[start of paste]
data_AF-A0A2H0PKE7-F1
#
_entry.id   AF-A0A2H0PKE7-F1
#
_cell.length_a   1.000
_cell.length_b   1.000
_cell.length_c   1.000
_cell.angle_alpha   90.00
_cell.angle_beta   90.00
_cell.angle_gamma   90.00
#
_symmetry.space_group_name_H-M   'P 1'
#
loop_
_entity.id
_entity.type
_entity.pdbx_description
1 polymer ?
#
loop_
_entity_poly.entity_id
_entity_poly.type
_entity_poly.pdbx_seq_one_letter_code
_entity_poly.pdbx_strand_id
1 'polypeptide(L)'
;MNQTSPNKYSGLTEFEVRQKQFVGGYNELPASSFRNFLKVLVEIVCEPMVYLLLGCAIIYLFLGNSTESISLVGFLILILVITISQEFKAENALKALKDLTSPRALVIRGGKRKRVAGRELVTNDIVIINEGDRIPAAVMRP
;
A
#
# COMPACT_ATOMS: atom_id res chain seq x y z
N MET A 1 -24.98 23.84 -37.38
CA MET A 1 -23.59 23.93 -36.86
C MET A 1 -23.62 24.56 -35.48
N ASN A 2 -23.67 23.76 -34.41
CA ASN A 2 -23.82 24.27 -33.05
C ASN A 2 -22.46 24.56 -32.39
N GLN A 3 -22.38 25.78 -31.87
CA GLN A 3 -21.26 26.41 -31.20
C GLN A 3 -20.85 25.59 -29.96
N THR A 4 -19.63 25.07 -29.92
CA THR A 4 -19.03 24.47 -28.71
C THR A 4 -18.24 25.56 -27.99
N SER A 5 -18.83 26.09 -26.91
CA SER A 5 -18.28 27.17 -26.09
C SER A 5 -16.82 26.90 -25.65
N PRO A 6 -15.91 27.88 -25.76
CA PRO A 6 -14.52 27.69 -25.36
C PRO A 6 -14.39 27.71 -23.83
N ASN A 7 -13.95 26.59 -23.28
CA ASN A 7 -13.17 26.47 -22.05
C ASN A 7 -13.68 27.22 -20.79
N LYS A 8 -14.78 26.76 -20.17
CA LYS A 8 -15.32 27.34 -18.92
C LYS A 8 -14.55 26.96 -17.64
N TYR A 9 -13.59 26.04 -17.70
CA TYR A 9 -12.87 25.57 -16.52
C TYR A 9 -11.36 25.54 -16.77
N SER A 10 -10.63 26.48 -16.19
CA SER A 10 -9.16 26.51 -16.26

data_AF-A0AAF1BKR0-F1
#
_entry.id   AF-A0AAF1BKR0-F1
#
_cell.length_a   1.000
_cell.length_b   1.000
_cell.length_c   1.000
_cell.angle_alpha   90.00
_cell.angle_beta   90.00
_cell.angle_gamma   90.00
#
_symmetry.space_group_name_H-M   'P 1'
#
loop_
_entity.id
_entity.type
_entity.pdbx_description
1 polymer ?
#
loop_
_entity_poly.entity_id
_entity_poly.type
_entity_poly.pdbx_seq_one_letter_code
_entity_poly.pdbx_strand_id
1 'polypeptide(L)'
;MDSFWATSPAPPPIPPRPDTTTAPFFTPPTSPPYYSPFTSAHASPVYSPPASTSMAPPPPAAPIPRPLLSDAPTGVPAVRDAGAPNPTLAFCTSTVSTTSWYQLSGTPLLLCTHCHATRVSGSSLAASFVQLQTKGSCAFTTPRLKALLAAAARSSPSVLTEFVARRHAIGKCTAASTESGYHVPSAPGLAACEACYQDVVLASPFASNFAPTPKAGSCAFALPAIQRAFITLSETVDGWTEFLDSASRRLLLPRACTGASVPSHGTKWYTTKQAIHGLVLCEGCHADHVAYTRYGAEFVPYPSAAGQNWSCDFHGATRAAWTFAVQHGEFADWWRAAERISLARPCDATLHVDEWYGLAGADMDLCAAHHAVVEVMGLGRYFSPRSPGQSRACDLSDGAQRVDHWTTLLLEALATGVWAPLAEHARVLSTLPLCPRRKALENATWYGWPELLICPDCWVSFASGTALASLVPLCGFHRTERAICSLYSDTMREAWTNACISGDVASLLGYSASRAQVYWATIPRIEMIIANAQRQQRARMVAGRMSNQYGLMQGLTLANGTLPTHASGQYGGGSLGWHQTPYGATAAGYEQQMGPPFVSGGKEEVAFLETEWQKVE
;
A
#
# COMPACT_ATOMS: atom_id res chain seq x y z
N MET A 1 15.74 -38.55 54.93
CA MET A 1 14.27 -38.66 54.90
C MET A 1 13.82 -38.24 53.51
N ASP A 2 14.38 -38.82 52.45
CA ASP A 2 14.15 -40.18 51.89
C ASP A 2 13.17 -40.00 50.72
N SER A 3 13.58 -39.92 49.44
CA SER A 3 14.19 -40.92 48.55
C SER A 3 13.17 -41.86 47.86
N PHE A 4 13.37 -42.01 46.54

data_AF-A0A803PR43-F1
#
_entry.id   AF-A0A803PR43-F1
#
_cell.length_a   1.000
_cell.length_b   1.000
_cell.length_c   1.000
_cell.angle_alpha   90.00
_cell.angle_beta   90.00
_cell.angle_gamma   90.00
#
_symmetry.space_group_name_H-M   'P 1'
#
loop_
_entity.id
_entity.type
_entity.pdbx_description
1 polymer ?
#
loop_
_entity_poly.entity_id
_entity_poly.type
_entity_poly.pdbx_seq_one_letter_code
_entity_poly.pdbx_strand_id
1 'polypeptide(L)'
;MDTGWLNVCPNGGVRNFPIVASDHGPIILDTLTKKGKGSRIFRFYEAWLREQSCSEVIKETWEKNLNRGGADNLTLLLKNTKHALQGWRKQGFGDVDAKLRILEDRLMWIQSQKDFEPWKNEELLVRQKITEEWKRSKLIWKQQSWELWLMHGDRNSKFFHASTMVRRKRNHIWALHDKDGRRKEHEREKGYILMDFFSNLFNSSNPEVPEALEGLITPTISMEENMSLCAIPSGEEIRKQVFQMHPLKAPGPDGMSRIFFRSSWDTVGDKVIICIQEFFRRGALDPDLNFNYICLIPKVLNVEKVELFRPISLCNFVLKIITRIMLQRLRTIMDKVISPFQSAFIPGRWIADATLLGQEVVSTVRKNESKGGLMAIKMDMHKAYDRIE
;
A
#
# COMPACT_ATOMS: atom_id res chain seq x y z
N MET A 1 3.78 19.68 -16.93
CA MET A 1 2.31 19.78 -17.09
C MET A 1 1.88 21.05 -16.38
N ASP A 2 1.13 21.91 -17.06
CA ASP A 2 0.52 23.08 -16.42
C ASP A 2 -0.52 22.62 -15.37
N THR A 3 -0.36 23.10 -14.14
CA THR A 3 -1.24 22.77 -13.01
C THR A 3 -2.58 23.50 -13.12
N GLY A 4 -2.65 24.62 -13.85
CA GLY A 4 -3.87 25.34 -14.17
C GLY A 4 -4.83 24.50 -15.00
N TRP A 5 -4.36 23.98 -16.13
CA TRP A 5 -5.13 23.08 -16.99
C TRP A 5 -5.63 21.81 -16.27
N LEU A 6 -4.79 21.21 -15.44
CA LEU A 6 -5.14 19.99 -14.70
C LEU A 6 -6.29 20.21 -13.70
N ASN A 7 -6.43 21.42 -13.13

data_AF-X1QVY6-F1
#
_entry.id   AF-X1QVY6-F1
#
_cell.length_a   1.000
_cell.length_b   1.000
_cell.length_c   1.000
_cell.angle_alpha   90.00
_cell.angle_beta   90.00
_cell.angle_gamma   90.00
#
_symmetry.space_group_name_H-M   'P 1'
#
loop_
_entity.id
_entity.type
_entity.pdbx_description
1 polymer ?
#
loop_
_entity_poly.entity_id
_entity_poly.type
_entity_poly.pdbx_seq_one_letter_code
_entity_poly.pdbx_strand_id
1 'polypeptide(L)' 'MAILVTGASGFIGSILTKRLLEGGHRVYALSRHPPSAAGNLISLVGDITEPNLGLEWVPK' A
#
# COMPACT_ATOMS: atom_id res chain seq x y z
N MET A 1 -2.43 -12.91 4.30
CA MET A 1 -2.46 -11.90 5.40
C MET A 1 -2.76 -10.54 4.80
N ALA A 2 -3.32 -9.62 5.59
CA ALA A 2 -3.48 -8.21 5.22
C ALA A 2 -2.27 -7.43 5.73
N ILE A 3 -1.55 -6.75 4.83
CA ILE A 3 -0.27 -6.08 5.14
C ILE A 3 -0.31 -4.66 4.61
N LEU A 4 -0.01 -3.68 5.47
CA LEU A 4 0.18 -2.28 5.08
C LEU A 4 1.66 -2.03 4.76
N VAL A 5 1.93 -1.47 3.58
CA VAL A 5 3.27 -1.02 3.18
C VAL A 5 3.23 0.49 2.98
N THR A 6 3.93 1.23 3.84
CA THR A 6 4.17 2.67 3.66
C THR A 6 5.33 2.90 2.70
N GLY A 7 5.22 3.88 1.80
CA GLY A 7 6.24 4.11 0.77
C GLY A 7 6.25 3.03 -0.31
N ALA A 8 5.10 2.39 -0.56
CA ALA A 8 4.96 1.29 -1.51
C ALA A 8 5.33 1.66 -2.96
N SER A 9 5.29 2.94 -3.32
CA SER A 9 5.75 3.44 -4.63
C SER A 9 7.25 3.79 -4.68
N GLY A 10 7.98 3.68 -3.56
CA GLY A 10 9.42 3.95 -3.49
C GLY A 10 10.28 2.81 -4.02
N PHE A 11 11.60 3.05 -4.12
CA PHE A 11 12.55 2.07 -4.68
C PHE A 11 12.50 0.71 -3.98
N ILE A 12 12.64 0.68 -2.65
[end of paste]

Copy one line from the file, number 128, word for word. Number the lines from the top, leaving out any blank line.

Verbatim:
#